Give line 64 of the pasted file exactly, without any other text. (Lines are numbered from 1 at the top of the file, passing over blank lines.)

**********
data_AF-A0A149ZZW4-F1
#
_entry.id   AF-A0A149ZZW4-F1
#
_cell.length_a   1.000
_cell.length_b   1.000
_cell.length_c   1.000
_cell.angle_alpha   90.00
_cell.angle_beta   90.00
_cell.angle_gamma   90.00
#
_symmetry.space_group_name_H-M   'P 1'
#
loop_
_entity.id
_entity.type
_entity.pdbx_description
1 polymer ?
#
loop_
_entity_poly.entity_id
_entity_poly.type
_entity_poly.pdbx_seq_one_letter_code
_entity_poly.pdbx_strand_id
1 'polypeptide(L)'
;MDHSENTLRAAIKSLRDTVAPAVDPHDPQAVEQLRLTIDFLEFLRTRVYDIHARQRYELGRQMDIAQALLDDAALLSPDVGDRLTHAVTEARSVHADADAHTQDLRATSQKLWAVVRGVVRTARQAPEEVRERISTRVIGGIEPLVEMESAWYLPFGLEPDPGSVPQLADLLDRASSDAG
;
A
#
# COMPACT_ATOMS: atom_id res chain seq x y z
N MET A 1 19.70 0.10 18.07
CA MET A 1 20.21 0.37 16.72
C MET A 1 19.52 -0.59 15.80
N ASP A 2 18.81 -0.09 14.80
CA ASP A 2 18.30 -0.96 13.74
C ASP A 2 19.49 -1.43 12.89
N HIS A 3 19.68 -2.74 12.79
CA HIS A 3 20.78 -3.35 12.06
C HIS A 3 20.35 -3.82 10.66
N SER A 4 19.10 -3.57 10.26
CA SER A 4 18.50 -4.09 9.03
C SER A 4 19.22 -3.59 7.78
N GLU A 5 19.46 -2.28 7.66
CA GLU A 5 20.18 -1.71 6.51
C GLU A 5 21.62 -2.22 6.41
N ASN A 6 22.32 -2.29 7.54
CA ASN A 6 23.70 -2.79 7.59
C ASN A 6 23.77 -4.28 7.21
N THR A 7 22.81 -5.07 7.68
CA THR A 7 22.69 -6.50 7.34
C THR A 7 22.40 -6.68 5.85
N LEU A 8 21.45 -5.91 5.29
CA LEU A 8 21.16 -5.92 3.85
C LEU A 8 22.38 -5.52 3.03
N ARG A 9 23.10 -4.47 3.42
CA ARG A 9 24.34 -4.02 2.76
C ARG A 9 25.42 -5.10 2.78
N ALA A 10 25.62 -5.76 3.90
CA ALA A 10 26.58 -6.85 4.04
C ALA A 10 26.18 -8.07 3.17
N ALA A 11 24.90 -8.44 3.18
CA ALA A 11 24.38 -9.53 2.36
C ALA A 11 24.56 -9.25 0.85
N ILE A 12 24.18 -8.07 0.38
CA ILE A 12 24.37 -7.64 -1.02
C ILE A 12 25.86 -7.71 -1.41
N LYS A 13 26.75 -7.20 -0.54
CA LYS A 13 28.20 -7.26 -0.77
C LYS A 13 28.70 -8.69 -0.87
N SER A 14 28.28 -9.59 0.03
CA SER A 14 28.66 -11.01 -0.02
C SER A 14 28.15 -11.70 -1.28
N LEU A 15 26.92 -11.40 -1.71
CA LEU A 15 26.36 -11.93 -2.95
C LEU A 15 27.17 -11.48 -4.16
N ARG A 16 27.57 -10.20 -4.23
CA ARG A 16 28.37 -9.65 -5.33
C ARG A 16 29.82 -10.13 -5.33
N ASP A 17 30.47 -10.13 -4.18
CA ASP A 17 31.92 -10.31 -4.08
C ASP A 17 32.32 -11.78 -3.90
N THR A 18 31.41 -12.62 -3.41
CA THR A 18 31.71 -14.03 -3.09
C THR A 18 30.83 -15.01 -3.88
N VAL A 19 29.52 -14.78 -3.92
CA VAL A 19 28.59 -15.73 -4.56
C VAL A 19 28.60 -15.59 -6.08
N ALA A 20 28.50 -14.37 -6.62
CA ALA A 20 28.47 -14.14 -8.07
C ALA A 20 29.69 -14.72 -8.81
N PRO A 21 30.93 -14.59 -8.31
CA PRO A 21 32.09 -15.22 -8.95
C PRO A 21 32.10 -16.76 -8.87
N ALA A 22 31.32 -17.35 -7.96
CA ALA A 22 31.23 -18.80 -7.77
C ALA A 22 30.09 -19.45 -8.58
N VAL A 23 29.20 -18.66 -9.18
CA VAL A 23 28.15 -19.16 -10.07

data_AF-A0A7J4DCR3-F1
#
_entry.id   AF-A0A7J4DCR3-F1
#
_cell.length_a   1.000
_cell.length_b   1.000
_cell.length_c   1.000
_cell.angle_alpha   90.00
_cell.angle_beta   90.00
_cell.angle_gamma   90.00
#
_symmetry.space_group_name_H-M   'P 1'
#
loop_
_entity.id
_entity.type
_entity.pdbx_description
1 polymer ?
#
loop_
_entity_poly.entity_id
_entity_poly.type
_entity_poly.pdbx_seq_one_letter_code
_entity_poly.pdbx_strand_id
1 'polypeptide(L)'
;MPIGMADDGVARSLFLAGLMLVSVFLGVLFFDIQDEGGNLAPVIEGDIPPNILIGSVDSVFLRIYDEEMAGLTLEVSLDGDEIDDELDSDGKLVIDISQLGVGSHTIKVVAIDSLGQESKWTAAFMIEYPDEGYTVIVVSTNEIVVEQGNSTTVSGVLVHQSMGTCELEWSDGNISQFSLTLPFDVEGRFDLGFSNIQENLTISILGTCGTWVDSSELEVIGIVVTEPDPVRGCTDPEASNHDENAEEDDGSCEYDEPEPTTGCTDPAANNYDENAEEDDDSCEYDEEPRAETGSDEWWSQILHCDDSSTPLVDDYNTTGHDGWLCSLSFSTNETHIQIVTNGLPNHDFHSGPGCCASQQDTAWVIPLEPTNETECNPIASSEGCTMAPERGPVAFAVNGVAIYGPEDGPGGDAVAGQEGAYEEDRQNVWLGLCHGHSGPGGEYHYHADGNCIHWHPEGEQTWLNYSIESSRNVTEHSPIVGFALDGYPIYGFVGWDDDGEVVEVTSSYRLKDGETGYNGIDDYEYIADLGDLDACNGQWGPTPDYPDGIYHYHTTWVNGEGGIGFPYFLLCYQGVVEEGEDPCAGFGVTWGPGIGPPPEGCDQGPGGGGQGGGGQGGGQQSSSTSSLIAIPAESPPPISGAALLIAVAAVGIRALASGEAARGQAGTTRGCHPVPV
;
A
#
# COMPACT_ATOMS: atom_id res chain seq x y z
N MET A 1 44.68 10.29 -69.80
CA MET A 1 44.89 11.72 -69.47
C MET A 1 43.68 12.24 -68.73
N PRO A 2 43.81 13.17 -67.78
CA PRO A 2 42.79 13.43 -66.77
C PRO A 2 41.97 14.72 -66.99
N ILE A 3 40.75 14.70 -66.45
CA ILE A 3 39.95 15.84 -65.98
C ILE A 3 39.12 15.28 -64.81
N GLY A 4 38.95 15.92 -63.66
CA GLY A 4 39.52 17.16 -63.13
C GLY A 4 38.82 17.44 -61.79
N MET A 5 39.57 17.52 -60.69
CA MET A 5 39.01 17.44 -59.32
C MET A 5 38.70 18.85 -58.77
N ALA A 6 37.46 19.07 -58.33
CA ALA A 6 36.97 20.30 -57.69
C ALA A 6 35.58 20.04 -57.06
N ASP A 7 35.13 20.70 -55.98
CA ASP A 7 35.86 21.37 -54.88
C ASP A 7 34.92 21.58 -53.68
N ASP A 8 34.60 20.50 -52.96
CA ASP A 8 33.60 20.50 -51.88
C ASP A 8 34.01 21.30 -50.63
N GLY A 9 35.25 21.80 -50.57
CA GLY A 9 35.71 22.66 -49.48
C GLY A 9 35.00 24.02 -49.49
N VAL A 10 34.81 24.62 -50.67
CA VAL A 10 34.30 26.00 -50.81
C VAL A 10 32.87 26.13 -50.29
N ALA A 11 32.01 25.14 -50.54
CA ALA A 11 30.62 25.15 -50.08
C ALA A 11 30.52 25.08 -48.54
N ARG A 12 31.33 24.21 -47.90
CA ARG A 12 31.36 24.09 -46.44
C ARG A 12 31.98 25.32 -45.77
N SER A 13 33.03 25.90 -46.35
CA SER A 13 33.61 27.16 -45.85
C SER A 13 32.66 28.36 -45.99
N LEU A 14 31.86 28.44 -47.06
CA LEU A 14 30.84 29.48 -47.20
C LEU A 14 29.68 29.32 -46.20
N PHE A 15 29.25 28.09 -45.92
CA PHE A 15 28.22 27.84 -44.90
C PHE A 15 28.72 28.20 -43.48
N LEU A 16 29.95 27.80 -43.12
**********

N ILE A 12 24.18 -8.07 0.38